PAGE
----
Once those words are chosen and you are keeping them at the forefront of your conscious, now begin to “embody” those five words.  How do you do that? By reflecting those fives words through the core activities you do each and every day that most communicate your brand:  the way you Act, React, Look, Sound, and Think. (Remember:  a brand is not communicated by what you say you want to be, but by what you do.)

As you take an action, ask yourself, “Am I acting like someone who is ‘calm’ would act?” “Is this reaction consistent with my goal of ‘peaceful’?” “Does how I look communicate ‘confidence’?” “Is what I am about to say in line with someone who would be described as ‘helpful and supportive’?” “Am I thinking like someone who embodies the word ‘loving’?”

Watch yourself like a hawk! Your goal is to be 100% consistent with those five words in all that you do, say, and think.  That’s how you create the brand for yourself you want during the holidays… and beyond.

What happens if you reach a boiling point, have a melt-down, or blow up at someone?  Don’t beat yourself up!  Judging yourself will just cause more angst and frustration. Simply apologize to yourself and others with authenticity, review your words one more time, and choose again. Building a brand for yourself is a journey – your goal is to be as consistent as possible, so just keep at it!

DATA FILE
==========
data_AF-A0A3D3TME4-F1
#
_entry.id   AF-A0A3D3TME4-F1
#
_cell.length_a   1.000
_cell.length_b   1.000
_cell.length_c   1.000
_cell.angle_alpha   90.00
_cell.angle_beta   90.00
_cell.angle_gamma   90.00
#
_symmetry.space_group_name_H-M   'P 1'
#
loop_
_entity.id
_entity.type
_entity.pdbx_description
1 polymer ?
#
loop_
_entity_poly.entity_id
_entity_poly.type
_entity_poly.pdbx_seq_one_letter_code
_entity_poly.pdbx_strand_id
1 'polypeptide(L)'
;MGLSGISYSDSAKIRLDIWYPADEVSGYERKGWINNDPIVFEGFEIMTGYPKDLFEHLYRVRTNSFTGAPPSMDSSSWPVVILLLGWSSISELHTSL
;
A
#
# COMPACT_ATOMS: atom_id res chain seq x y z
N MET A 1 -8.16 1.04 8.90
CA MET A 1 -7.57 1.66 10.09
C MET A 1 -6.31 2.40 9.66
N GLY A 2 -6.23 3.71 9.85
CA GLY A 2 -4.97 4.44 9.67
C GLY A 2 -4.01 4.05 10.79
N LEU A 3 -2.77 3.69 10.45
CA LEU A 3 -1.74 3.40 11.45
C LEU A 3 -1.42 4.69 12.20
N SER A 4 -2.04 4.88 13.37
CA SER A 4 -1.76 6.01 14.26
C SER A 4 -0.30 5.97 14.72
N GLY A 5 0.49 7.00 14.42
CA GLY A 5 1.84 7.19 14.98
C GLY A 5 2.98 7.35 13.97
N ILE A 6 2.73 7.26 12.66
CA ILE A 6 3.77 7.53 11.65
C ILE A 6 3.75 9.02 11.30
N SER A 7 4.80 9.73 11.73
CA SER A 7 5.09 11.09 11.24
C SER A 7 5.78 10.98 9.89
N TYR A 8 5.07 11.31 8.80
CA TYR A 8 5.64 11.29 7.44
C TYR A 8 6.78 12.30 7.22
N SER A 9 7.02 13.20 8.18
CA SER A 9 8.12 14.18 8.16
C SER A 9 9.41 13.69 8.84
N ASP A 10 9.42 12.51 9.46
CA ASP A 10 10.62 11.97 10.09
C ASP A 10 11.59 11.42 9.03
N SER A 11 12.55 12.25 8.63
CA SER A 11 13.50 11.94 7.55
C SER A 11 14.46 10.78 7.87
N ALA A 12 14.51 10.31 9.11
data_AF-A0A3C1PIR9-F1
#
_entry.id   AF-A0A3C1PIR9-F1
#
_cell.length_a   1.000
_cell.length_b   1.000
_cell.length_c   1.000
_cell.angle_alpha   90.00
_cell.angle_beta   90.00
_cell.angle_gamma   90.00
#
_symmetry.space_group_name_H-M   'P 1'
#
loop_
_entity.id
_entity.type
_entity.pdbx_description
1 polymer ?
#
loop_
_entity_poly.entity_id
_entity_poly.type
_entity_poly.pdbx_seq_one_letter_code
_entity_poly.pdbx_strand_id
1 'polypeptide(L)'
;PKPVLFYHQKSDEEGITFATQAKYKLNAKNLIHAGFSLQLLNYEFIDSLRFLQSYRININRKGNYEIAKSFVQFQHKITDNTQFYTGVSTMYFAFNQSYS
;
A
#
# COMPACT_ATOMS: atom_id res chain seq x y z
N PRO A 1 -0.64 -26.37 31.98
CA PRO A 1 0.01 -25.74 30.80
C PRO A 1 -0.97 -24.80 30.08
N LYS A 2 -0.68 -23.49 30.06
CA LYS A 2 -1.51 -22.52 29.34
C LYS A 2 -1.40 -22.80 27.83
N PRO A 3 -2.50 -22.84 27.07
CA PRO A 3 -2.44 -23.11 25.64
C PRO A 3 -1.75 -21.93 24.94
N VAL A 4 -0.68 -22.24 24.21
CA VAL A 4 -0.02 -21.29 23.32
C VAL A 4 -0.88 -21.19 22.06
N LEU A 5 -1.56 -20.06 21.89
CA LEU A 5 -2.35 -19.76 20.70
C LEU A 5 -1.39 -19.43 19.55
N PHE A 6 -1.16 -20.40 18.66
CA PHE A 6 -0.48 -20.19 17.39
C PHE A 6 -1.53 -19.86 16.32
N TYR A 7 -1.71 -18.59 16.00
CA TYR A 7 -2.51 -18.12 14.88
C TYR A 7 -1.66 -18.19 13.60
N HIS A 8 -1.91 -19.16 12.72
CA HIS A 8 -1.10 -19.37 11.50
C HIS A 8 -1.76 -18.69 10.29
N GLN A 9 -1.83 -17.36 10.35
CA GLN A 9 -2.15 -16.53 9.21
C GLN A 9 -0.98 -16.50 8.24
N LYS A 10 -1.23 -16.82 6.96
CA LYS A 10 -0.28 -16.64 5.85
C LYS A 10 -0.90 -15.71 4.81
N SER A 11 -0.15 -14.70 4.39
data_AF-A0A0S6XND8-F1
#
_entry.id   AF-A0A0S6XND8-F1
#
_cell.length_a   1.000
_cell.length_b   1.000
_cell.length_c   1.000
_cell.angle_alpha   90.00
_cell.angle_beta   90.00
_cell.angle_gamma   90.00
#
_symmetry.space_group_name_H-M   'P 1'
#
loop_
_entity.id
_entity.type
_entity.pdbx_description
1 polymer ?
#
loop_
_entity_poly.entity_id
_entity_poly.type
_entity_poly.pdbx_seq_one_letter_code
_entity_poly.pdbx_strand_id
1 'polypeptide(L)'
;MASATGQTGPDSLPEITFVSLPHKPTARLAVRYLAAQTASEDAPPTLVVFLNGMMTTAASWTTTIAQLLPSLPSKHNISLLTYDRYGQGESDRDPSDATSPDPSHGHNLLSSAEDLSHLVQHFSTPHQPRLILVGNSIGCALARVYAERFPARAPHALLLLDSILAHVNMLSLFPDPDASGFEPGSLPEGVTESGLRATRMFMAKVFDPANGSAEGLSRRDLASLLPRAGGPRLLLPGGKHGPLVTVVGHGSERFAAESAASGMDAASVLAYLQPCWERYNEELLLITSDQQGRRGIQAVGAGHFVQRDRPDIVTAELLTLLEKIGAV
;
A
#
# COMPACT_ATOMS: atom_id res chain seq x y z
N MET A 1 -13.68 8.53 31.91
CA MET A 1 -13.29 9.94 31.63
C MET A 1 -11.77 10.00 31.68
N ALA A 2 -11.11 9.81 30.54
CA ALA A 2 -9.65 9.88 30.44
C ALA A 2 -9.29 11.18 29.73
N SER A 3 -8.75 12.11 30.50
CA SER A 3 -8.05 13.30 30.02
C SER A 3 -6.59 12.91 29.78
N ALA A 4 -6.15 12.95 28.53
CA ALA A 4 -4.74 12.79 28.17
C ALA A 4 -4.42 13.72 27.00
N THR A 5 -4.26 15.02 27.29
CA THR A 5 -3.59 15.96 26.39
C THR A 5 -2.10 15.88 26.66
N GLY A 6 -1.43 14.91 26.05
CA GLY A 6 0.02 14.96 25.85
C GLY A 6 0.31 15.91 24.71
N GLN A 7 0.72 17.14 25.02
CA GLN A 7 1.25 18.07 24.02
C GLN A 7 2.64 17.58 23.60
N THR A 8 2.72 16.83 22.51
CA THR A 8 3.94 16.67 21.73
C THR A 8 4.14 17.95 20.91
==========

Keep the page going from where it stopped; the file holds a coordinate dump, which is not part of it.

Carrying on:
Remember: What you think is what you get.  Keep your desired five words top of mind, and have fun with this holiday experiment!

By the way, I would love to hear your five-word choices and to learn about the outcomes of your “holiday mantra challenge.” Please send me an email at and let me know how it goes!

What is the secret to earning more money and getting promoted?

A raise or promotion can be guaranteed by using one simple yet powerful tip. Watch and learn this sure-fire approach that I have shared with tens of thousands of clients around the world—with amazing outcomes. Excerpted from an interview I did as a guest on Christopher Rainey’s HRD Leaders Podcast, this one method can catapult your career trajectory.

Does negative feedback really work?

When it comes to leadership, there is one topic that most people either love or hate.  What is it?  That ever-so-dreaded, eight-letter “f” word – feedback (~smile~). In fact, pause right now and reflect on how you feel about feedback, either giving or receiving it …. Where do you place yourself on the love-it-hate-it scale?